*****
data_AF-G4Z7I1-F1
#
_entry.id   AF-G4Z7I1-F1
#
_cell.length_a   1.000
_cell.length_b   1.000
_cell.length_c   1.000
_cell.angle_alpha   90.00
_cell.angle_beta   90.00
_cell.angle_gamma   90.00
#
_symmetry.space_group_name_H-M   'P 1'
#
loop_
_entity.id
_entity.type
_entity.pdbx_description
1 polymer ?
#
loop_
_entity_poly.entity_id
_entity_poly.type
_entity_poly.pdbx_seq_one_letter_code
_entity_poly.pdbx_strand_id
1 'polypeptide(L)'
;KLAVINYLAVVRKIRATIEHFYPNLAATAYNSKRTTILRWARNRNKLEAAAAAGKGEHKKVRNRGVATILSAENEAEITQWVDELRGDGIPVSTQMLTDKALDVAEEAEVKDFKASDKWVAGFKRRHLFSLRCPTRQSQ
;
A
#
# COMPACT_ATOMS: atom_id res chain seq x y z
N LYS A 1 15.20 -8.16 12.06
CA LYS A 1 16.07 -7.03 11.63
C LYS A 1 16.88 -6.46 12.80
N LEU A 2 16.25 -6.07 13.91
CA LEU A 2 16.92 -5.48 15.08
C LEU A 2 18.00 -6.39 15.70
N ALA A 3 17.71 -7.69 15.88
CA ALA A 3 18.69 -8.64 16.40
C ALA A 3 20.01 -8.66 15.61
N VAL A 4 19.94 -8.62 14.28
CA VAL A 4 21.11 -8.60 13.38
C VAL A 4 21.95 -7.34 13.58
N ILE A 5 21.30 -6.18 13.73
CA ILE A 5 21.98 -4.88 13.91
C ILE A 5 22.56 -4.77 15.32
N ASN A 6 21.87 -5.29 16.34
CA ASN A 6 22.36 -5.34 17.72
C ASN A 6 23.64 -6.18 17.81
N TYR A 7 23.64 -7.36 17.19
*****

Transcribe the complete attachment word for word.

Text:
data_AF-G4Z7I1-F1
#
_entry.id   AF-G4Z7I1-F1
#
_cell.length_a   1.000
_cell.length_b   1.000
_cell.length_c   1.000
_cell.angle_alpha   90.00
_cell.angle_beta   90.00
_cell.angle_gamma   90.00
#
_symmetry.space_group_name_H-M   'P 1'
#
loop_
_entity.id
_entity.type
_entity.pdbx_description
1 polymer ?
#
loop_
_entity_poly.entity_id
_entity_poly.type
_entity_poly.pdbx_seq_one_letter_code
_entity_poly.pdbx_strand_id
1 'polypeptide(L)'
;KLAVINYLAVVRKIRATIEHFYPNLAATAYNSKRTTILRWARNRNKLEAAAAAGKGEHKKVRNRGVATILSAENEAEITQWVDELRGDGIPVSTQMLTDKALDVAEEAEVKDFKASDKWVAGFKRRHLFSLRCPTRQSQ
;
A
#
# COMPACT_ATOMS: atom_id res chain seq x y z
N LYS A 1 15.20 -8.16 12.06
CA LYS A 1 16.07 -7.03 11.63
C LYS A 1 16.88 -6.46 12.80
N LEU A 2 16.25 -6.07 13.91
CA LEU A 2 16.92 -5.48 15.08
C LEU A 2 18.00 -6.39 15.70
N ALA A 3 17.71 -7.69 15.88
CA ALA A 3 18.69 -8.64 16.40
C ALA A 3 20.01 -8.66 15.61
N VAL A 4 19.94 -8.62 14.28
CA VAL A 4 21.11 -8.60 13.38
C VAL A 4 21.95 -7.34 13.58
N ILE A 5 21.30 -6.18 13.73
CA ILE A 5 21.98 -4.88 13.91
C ILE A 5 22.56 -4.77 15.32
N ASN A 6 21.87 -5.29 16.34
CA ASN A 6 22.36 -5.34 17.72
C ASN A 6 23.64 -6.18 17.81
N TYR A 7 23.64 -7.36 17.19